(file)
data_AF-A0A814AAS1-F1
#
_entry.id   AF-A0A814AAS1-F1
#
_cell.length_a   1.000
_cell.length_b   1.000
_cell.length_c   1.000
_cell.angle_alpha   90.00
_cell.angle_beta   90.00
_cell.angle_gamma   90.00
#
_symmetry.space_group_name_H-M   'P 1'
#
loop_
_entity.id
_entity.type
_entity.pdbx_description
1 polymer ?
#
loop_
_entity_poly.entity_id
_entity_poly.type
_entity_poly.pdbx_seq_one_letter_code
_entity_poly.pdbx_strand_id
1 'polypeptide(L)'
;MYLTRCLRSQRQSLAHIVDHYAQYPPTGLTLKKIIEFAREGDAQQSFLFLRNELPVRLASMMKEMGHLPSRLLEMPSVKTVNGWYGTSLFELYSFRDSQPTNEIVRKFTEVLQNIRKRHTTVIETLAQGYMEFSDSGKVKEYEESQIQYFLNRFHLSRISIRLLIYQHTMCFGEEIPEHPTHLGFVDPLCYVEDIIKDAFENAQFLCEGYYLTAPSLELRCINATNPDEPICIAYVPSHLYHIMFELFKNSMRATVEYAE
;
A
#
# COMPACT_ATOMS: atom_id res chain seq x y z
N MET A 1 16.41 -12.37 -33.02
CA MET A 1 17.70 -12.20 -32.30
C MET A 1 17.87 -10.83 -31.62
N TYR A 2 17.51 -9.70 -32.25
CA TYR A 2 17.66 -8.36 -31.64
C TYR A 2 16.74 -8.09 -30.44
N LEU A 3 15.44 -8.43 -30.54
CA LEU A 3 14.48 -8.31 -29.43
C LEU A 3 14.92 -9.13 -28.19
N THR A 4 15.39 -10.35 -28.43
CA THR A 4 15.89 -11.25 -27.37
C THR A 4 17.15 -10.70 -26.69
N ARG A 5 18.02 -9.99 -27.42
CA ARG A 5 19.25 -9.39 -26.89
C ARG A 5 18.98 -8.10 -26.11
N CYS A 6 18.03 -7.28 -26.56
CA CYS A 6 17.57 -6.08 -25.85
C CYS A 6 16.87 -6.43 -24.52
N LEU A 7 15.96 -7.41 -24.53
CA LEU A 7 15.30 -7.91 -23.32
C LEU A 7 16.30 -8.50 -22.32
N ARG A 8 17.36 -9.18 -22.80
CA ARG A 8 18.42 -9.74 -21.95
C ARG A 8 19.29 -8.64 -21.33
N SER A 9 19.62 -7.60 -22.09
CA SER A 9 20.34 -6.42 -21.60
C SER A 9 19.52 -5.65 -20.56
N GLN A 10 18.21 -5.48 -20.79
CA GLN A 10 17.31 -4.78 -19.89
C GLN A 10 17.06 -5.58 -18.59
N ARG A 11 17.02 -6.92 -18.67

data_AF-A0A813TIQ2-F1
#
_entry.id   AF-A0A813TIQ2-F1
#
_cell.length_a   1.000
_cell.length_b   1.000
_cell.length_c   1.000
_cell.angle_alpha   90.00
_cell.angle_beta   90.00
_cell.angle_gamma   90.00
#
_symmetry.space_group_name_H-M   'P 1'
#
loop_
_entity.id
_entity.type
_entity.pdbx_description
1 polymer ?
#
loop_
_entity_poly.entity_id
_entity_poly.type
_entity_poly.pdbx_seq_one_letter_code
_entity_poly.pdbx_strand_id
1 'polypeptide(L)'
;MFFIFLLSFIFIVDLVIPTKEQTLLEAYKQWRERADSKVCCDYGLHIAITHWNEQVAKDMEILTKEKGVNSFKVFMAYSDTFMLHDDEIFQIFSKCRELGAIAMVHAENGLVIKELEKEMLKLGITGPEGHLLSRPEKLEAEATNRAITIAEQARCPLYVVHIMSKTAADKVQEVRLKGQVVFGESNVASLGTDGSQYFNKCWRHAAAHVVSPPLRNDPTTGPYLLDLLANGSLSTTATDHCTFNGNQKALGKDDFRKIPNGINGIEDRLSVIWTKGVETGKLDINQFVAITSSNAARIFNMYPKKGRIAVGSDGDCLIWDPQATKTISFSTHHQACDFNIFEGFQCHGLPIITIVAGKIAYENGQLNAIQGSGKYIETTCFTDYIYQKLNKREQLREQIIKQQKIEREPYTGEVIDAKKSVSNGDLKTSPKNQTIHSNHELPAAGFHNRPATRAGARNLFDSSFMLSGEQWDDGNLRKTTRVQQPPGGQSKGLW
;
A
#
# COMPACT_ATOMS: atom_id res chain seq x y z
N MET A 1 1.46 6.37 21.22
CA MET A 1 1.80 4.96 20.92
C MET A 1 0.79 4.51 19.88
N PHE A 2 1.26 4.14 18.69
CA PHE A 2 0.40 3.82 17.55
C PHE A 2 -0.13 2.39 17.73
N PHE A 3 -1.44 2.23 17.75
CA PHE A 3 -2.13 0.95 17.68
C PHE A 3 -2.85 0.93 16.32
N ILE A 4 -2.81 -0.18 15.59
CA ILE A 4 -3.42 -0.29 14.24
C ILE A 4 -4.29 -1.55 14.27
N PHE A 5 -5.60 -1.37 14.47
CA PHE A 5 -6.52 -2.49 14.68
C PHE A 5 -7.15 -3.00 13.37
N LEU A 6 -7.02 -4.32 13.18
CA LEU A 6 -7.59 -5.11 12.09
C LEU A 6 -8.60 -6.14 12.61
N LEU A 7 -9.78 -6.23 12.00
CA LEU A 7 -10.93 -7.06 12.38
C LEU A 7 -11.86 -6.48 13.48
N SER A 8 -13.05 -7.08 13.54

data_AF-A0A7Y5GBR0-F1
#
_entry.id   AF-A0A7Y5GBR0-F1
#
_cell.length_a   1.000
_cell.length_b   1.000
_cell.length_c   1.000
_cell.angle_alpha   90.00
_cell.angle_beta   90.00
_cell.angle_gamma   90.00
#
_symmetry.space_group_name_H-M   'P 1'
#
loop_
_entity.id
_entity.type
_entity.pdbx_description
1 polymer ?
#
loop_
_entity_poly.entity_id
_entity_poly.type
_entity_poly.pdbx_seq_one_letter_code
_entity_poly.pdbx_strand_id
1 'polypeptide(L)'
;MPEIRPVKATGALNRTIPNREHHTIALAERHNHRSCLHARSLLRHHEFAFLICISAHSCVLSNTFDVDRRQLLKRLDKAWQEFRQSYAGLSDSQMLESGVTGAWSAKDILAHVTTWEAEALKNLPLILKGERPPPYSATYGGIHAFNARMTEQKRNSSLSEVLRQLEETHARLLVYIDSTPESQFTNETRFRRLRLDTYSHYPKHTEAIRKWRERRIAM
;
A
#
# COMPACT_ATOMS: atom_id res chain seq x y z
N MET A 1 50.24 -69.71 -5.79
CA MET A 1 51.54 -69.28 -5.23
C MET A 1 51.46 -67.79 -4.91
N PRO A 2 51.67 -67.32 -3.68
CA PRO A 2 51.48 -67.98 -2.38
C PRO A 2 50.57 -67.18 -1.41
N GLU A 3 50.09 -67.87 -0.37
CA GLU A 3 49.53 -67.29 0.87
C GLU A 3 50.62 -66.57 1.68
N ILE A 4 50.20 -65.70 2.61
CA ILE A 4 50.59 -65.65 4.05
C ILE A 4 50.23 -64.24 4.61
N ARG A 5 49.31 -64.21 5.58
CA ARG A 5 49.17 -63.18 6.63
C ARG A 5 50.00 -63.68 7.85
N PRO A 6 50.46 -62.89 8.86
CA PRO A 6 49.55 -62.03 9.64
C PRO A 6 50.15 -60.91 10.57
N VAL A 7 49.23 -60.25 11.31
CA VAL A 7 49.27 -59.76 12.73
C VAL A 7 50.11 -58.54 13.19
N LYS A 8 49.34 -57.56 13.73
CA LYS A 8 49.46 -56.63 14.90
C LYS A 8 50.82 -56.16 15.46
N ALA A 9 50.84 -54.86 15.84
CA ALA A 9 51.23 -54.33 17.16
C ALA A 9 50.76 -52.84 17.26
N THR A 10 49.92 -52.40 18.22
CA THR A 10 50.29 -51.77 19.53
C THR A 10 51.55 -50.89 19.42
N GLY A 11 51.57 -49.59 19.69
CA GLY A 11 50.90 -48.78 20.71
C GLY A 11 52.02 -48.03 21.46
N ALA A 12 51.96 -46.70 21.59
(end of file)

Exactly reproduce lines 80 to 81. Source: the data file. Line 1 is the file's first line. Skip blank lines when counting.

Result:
#
loop_